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Advanced Data Analysis Workshop - Provincial Ministerial exams

Advanced Data Analysis Workshop - Provincial Ministerial exams

Overall learning goal

By engaging in the outlined activities during the data analysis workshops, participants will:

  • gain proficiency in the four competencies: data literacy and collaborative inquiry, content and pedagogical knowledge, cultural proficiency and leadership and facilitation strategies,

  • establish a common portrait of the provincial ministerial exam results,
  • produce a summary report of the ministerial exam results to share with the English community.


The overall purpose of the provincial ministerial uniform examination data analysis workshop is to establish a common portrait and understanding of the provincial ministerial exam results for the five sanctioned subjects in Quebec’s English sector. The arising report details the global success rates and final average marks for each subject. The uniform subjects are:

Francais Langue Seconde (Base & Enrichi)

English Language Arts

Mathematics (CST, T&S, Science)

Science and Technology (General & Applied)

History and Citizenship

Using a collaborative inquiry approach, CARE members work together throughout the one day task driven workshop, in the fall of each year, to analyse and report the ministerial results from June of that year. Representing each of the nine English School Boards of Quebec, members gather the results of all the boards to create a provincial overview. The resulting report is submitted to and published by DEEN.

Instructional design


The EBP facilitator introduces the day’s proceedings. The day will be a hands-on collaboration, using the Collaborative Inquiry (CI) process and will rely heavily on the processes detailed in The Data Coach’s Guide to Improving Learning for All Students. The day is broken down into four parts including data analysis, write up & communication, student learning problems & transfer/action plan.

Central to the Using Data Process is the Data Driven Dialogue, which offers a structured process to help data teams explore predictions and observations of data before attempting to explain it. This process includes four phases: predict; Go visual; observe; and infer/question.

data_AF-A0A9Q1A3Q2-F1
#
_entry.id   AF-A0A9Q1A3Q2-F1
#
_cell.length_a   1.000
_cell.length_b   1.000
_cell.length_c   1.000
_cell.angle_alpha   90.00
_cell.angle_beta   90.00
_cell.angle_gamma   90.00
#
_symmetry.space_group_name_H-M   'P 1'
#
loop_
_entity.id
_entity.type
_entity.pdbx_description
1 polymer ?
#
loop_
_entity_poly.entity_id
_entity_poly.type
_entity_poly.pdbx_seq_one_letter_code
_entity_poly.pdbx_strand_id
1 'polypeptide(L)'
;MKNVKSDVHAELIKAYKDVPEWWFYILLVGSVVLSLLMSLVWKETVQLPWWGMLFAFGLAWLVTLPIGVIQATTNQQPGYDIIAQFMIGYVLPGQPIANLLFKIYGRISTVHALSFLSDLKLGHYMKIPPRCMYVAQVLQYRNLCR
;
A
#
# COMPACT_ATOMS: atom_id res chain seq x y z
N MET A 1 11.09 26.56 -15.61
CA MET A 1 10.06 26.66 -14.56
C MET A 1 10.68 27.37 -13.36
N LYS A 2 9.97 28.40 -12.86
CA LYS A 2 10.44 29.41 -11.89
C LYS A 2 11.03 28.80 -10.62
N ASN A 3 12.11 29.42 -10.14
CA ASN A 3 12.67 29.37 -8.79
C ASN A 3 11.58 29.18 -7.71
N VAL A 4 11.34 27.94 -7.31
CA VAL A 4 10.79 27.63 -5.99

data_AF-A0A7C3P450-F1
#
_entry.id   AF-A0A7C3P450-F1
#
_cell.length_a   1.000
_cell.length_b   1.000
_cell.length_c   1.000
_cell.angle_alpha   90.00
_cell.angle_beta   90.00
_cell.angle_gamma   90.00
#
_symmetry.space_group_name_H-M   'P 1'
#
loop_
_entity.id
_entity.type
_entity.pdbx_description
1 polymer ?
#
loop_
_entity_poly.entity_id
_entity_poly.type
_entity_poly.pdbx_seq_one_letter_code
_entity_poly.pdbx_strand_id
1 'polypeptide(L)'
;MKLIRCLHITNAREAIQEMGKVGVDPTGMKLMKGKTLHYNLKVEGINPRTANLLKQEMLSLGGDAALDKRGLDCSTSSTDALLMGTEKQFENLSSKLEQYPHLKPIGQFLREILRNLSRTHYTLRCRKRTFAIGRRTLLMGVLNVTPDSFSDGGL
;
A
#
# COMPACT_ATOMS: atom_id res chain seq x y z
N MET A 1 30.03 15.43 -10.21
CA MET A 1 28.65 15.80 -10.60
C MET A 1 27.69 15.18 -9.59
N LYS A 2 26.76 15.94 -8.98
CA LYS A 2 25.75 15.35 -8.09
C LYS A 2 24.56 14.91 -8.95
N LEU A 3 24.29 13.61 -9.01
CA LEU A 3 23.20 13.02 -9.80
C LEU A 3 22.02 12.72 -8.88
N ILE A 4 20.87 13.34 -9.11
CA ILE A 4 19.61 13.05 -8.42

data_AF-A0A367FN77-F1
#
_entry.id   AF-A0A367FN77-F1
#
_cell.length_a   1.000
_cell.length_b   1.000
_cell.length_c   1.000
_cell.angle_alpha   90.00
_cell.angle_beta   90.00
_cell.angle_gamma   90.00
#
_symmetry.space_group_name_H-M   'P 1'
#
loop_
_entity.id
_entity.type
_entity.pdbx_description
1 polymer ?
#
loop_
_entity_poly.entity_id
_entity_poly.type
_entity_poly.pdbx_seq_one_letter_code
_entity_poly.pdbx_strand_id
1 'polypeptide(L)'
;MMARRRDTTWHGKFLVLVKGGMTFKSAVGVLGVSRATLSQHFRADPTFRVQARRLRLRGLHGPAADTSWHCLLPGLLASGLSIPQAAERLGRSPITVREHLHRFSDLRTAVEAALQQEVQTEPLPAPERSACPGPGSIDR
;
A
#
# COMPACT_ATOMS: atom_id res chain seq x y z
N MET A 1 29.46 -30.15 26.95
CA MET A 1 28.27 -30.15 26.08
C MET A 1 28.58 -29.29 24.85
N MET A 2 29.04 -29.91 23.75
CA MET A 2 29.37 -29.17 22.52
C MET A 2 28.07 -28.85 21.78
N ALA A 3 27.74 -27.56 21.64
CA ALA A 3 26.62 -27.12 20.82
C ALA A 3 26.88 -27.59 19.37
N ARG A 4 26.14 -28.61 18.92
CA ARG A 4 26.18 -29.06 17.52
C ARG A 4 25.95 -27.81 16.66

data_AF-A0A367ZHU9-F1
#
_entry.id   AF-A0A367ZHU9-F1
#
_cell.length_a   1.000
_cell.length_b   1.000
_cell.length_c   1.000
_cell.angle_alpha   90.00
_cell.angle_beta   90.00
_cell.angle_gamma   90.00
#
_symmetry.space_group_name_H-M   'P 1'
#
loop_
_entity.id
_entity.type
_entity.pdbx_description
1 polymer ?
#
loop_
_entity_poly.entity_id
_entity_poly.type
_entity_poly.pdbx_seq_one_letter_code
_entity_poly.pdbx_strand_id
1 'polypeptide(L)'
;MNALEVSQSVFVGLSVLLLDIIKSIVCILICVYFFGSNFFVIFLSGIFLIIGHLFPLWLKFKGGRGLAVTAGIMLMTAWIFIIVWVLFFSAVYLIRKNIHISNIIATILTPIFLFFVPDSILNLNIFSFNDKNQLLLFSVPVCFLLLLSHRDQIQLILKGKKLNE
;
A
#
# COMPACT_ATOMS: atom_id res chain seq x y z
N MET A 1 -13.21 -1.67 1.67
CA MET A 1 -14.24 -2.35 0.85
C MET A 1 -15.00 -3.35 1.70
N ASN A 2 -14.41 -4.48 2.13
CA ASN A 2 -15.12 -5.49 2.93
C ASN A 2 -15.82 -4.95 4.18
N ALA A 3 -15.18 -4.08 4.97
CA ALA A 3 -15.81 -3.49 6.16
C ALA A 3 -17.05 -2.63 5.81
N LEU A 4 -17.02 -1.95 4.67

Members continue to acquire new knowledge by learning about the concepts involved in the CI process, including the pyramid of data and the different types of data, trend data and high/low capacity data use.

The four competencies gained through this process, for CARE members, are data literacy and CI, content and pedagogical knowledge, cultural proficiency and leadership and facilitation strategies.

CARE members spend the first couple of hours analysing the sanctioned subject results data in three passes:
  • Pass 1 focuses on overall success rates,
  • Pass 2 on strand analysis (average marks and trends)
  • Pass 3 targets item analysis.
The overall outcome of part one is to highlight the success rates and average marks for the whole province and the nine individual school boards.
Members begin to write a descriptive report of the results from the above analysis in order to begin drafting the provincial portrait of how students are doing in the ministerial exams overall and across each school board.
Participants record which subjects student are most successful in and whether they have identified any trends in the results.  Following a discussion about common strengths and weaknesses observed through the data analysis, any patterns noted are detailed in the report. The arising report is distributed to DEEN, subject sub-committees and to each of the represented school boards.
Using the outcomes of the data analysis again, CARE members draft student learning problems that would be worth exploring further with DEEN and the sub-committee.  These problems are used to make recommendations on which areas require a deeper focus.
The facilitator reviews with the members the possible causes of student learning problems (as detailed in Verifying Causes Tree diagram), with a view to identify the causes of each before putting in measures to rectify the problem and improve student results.
Together and with the data collected and analysed to date, CARE members draft a plan of action to take the results to DEEN and the sub-committees. Recommendations may be provided as to how the results should be discussed and analysed in respective groups. The action plan should include:
  • Further data analysis
  • Proposed roles and tasks
  • A timeline of tasks
  • A portrait of the rules
  • Details of identified student problems (and possible causes)
  • A strategy, including instructional design, for data analysis to be used with different audiences
  • Information gathering protocols for sub-committees
The learning problems, which were identified, are reviewed as a group in order to plan the next steps of digging deeper and finding solutions.
Looking ahead: Following analysis of the ministerial exams to provide a global provincial portrait of student success, the two subsequent data analysis workshops will focus on item analysis of the exam results and student perceptions. The item analysis workshop focuses on student performance on individual subject exams, digging into test items to analyse percentage of items answered correctly, distractor patterns, and details about frequently missed items. These results are recorded and a report is submitted to DEEN and other sub-committees for information and further action.

At the end of each workshop, members are asked to complete and hand in either exit cards or evaluation sheets, commenting on what was good and what they would change about the day, what they will take away with them and apply and what they hope to cover next time.